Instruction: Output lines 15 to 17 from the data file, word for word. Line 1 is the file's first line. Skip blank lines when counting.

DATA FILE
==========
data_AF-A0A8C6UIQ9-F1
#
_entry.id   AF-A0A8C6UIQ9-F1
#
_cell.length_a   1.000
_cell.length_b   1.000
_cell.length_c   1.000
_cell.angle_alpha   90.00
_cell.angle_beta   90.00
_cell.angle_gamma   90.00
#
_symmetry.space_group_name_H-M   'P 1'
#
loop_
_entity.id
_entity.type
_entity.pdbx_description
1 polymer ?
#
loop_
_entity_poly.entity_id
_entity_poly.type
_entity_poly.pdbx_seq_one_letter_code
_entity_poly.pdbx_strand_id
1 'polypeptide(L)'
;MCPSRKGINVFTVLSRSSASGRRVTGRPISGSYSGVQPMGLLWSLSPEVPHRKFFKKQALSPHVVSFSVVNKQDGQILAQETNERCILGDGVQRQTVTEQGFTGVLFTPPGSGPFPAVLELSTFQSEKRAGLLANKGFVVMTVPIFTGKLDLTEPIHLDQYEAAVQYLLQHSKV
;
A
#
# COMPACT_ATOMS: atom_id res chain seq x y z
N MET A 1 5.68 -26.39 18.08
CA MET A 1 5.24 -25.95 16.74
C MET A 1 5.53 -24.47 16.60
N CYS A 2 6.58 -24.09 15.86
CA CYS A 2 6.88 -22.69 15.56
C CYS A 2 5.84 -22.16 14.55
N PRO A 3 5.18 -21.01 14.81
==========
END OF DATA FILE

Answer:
_entity.id
_entity.type
_entity.pdbx_description